About six months ago, something pretty crazy happened in my family–the best baby ever was born to my brother and my sister-in-law. I know everyone feels that way about their nieces and nephews, but in this case it’s true. We can all stop looking.
Obviously, I love the kid like crazy. Therefore, I talk about her and force people to look at pictures from time to time. I try to control myself, honestly. Like I said, though–best baby ever.
I noticed something weird happens when you talk about a baby. Everyone wants to set them up on dates.
I’m sure you’re scratching your head, and I assure you, I agree. It makes no sense. But it’s an uncontrollable urge that apparently affects many. As soon as I mention my super cool adorable niece, people start saying:
“Oh, my son’s a year old, we’ll have to set them up!”
I don’t know you, and I’m sure he’s not good enough.
“She’s in day care? Any little boys got their eye on her?”
No, they can’t sit up unassisted yet.
“Oh, remind them they’re related!”
This was the grossest comment, in reference to my niece and her cousin wacking each other on the arm. I thought it was a cute moment, others thought we needed to turn a hose on the infants.
We’re going to leave the heteronormativity aside for the moment (though it would be nice to switch that up, please) and focus on the bizarre sexualization of kids. Little kids.
I’m not talking about criminal stuff. I’m talking about these weird comments that strike some
unfunny people as the height of comedy. It makes sense, to some degree. The idea of babies as mini adults is kind of amusing, in the way that animals wearing hats is a bit funny. But we all remember that animals in costume is an unnatural thing that shouldn’t extend beyond a photo op. People don’t always remember this when it comes to their kids.
As soon as the girls spring forth from the womb, people tell their fathers that they should be locking them up because they’re pretty (it worked for Rapunzel’s evil witch-mom, right?) or that they shouldn’t let them date. The boys are told that they’ll be heart-breakers. Even weirder is when baby boys are called “tough guys.” Yeah, he just shit his pants and now he’s crying about it. Real tough.
I see this constantly in my work. As a youth worker at Anonymous Youth Center, I often assisted in pre-school. The teacher had to send a note home over the summer, requesting that parents not dress their girls in a “sexy style.” This is what it was called. I’m not joking.
I am not creeped out by a little kid who wants to be naked all the time, or little girls swimming topless at the beach, as there’s not anything for them to hide. But a triangle bikini with a metal ring between the “cups,” tube tops, mini skirts…where the hell did they even buy these things?
Don’t worry, it’s not just the girls. On more than one occasion I have heard a man proudly declare that he doesn’t need a DNA test, he knows that baby boy is his. “Cuz he’s well endowed, y’know?”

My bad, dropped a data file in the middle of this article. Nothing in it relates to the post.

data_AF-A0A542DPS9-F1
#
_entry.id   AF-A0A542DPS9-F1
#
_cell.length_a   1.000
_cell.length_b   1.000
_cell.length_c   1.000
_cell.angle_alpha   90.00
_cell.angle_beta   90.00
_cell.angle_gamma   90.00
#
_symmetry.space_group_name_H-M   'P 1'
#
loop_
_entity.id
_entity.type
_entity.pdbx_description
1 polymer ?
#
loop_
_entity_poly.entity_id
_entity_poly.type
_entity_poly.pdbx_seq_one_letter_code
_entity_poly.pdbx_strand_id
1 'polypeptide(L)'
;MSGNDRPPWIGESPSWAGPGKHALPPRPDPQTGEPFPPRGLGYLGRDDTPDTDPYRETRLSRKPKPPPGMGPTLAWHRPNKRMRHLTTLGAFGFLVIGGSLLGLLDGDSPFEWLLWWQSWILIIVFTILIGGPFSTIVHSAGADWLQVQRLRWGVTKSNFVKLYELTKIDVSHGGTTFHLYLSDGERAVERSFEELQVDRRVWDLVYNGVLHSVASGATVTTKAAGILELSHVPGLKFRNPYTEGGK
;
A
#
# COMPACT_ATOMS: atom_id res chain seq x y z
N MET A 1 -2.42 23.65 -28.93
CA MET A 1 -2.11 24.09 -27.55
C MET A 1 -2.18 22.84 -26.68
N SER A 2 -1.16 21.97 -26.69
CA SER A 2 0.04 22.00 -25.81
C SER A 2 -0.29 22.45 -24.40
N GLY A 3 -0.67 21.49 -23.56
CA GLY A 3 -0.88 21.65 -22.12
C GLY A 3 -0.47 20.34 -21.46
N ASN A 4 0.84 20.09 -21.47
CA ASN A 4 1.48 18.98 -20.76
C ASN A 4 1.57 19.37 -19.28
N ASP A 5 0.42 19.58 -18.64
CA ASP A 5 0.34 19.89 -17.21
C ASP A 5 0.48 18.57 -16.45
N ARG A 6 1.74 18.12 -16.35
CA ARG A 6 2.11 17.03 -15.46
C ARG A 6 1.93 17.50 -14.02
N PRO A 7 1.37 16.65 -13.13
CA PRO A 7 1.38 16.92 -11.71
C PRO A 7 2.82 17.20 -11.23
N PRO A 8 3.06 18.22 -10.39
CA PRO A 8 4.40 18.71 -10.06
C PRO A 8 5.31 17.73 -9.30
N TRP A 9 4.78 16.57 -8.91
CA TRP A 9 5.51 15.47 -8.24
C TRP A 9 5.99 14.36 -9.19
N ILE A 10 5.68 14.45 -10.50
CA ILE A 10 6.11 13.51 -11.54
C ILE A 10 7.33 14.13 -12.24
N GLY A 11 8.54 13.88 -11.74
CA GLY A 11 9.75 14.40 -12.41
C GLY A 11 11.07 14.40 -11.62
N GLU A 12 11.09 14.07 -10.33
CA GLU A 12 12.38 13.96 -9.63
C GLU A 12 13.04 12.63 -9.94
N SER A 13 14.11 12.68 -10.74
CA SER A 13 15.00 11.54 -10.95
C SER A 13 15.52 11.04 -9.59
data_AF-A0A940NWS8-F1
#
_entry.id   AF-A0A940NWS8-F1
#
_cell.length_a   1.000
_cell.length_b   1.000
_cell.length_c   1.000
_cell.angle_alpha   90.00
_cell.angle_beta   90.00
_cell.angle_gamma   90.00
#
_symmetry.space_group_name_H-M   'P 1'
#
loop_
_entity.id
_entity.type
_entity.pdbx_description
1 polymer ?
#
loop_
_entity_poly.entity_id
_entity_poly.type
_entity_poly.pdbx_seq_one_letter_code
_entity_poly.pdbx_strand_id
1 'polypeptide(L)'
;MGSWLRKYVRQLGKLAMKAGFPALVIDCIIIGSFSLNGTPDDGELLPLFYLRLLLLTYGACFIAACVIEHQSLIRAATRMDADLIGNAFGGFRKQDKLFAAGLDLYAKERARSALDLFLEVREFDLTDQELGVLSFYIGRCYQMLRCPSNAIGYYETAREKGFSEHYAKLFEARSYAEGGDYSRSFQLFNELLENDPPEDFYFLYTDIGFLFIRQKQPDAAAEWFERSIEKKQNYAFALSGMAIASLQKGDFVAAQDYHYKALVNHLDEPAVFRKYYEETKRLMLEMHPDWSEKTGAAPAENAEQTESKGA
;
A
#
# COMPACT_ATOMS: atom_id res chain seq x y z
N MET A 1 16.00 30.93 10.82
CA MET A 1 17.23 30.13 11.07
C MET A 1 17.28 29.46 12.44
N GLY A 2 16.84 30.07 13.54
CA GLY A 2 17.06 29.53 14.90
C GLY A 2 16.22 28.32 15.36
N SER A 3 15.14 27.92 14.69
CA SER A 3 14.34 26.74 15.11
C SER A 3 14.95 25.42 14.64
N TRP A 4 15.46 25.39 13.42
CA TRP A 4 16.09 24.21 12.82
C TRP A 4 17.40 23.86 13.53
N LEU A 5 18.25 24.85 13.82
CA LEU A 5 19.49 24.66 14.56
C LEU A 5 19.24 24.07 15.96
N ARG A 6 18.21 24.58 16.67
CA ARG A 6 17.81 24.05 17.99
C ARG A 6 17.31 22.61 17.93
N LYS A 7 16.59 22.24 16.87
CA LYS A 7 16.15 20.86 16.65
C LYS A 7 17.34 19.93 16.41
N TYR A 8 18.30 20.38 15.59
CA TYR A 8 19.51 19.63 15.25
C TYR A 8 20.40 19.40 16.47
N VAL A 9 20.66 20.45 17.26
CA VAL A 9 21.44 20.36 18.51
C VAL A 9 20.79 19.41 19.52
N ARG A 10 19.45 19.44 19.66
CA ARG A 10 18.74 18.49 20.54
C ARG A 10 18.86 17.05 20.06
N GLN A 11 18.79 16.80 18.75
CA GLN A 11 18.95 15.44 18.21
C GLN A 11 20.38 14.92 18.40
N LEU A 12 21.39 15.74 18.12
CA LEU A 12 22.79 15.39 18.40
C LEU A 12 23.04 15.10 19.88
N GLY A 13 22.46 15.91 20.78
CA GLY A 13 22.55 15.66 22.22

Actually sir, I do know. I assisted mom during a diaper change. If that infant ween reminds you of your own, I am amazed that you procreated in the first place.
One mother had the decency to tell her baby’s father, “Do not talk about my son’s package!” Normally I deduct points for use of the term “package,” but I let it go in this case.
Only moments later, though, the baby started fussing when his mother was getting his into his onesie. She assured him that they would be done in a minute. “Don’t worry, papi, almost done, you’re almost dressed, there we go, all sexy.”
Yeah. Parents call their kids sexy. A lot. No one seems to object. Then the kids turn thirteen, talk constantly about dating, and everyone is confused. “You’ll have time for that when you’re older! Why are you in such a rush to act grown?” You dressed her up to go clubbing and tried your hand at matchmaking when she was eight months old. Forgive the children for getting some mixed messages. It’s funny and cute when you do it, but they’re sluts not acting their age when they imitate you? OK…
Childhood is supposed to be fun and carefree, but we all know it generally isn’t. Even if your childhood isn’t filled with abuse, neglect, gang warfare, or domestic violence, being a kid can be stressful. You don’t understand anything. Everyone tells you what to do, and your parents are constantly bringing you places and not telling you until you get there. I remember seeing my little cousin in the hospital for the first time the day he was born. I hadn’t even known my aunt was pregnant. My head kind of exploded.
Kids have enough going on. As much as we romanticize dating when we’re no longer in the scene, we should all take a moment to remember that, for the most part, it sucks. You question your every move and Facebook post, you can’t just talk to someone without wondering where it’s going, and middle aged relatives won’t stop telling you about their friends’ kid who met someone on eHarmony.
We’re not pushing our kids to file their taxes or make appointments at the DMV, so we should probably hold off on dating as well.